(6)If then

The order " " is not antisymmetric, thus this order is not partially order.

Example 2.4.

Let and . Put and so but

Theorem 2.5.

Let be a complete cone metric space, , a set-valued map and the function defined by , with lsc property. If there exist real numbers and with such that for all there exists :
(2.4)

then

Proof.

Let , then there exists such that
(2.5)
Let , there exist such that and Continuing this process, we can iteratively choose a sequence in such that , and So, for we have,
(2.6)

Therefore, for every , Let and be given. Choose such that where Also, choose a such that for all Then for all Thus for all Namely, is Cauchy sequence in complete cone metric space, therefore for some Now we show that

Let hence there exists such that for all Now as so for all there exists such that for all

According to lsc property of , for all there exists such that for all
(2.7)

So for all Namely, thus for some and by the closedness of we have

We notice that implies that for all there exists such that for all but the inverse is not true.

Example 2.6.

Let with norm and that is not normal cone by [12]. Consider and so and , (see [10]) Define cone metric with , for . Since namely, but . Indeed in but in Even for and in particular but .

Example 2.7.

Let with norm and that is not normal cone. Define cone metric with , for and set-valued mapping by . In this space every Cauchy sequence converges to zero. The function have lsc property. Also we have and . Now for and for all take . Therefore, it satisfies in all of the hypothesis of Theorem 2.5. So has a fixed point For sample take and

Theorem 2.8.

Let be a complete cone metric space, , a set-valued map, and a function defined by , with lsc property. The following conditions hold:

(i)if there exist real numbers and with such that for all there exists :
(2.8)

then

(ii)if there exist real numbers and with such that for all and :
(2.9)

then

Proof.
1. (i)

It is obvious that It is enough to show that for all However for some , it implies for some and this is a contradiction.

2. (ii)

By (i), there exists such that Then for and we have . Therefore, This implies that

Corollary 2.9.

Let be a complete cone metric space, , a set-valued map, and the function defined by , for with lsc property. If there exist real numbers and with such that for all there exists with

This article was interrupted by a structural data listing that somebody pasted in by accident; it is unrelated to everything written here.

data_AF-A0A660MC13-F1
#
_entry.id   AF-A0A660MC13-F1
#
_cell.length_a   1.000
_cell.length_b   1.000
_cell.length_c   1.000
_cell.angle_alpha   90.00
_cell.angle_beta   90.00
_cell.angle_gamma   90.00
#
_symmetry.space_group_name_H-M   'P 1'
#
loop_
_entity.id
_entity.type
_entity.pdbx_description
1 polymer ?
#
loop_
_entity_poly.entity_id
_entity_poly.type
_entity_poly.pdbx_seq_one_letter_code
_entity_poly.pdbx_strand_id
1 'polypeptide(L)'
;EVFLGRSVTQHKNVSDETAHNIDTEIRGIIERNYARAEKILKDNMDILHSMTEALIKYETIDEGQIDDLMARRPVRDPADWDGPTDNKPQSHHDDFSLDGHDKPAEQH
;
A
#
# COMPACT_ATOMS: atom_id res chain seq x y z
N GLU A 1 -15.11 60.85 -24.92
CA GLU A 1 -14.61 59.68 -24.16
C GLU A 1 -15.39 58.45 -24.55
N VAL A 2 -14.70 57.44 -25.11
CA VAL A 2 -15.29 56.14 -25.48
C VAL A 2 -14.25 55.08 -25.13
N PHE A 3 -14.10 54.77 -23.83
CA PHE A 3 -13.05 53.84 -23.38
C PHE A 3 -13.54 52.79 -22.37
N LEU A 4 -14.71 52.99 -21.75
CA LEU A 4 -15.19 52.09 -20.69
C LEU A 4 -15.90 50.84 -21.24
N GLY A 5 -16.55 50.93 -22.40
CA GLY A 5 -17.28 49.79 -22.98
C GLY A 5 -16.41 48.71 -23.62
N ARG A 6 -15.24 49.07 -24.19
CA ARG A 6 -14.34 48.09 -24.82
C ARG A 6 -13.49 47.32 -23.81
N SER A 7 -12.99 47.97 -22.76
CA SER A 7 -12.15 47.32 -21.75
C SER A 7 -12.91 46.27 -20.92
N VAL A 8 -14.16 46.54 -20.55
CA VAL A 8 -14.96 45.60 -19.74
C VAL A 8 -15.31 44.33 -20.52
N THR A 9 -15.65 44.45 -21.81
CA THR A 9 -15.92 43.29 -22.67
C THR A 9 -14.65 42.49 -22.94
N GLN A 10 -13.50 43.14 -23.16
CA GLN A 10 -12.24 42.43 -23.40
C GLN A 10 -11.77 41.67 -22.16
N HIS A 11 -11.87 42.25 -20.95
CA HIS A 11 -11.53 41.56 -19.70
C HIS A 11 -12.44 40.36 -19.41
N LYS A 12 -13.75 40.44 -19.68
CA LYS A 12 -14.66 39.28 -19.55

(2.10)

then

To have Theorems??3.1 and ??3.2 in [9], as the corollaries of our theorems we need the following lemma and remarks.

Lemma 2.10.

Let be a cone metric space, a normal cone with constant one and , a set-valued map, then
(2.11)

Proof.

Put and we show that

Let then and so which implies

For the inverse, let for all . Then for all

Since , for every that there exists such that so for all Thus

Remark 2.11.

By Proposition ?1.7.59, page 117 in [11], if is an ordered Banach space with positive cone , then is a normal cone if and only if there exists an equivalent norm on which is monotone. So by renorming the we can suppose is a normal cone with constant one.

Remark 2.12.

Let be a cone metric space, a normal cone with constant one, , a set-valued map, the function defined by , with lsc property, and with . Then is lower semi-continuous.

Now the Theorems ?3.1 and ?3.2 in [9] is stated as the following corollaries without the assumption of normality, and by Lemma ?2.10 and Remarks ?2.11, ?2.12 we have the same theorems.

Corollary 2.13 (see [9, Theorem ?3.1]).

Let be a complete cone metric space, , a set-valued map and the function defined by , with lsc property. If there exist real numbers , such that for all there exists one has and then

Corollary 2.14 (see [9, Theorem ?3.2]).

Let be a complete cone metric space, , a set-valued map and the function defined by , with lsc property. The following hold:

(i)if there exist real numbers , such that for all there exists one has and then

(ii)if there exist real numbers , such that for all and every one has and then

Definition 2.15.

For , where is a set-valued map we define
(2.12)

Note that for

The following theorem is a reform of Theorem 2.5.

Theorem 2.16.

Let be a complete cone metric space, , a set-valued map, and the function defined by , with lsc property. If there exists such that
(2.13)

for all Then

Proof.

For every , then there exist and such that , for all . Let , there exist and such that since . Thus The remaining is same as the proof of Theorem 2.5.

## Authors’ Affiliations

(1)
Department of Mathematics, Science and Research Branch, Islamic Azad University (IAU)
(2)
Department of Mathematics, Amirkabir University of Technology
(3)
Department of Mathematics, Newcastle University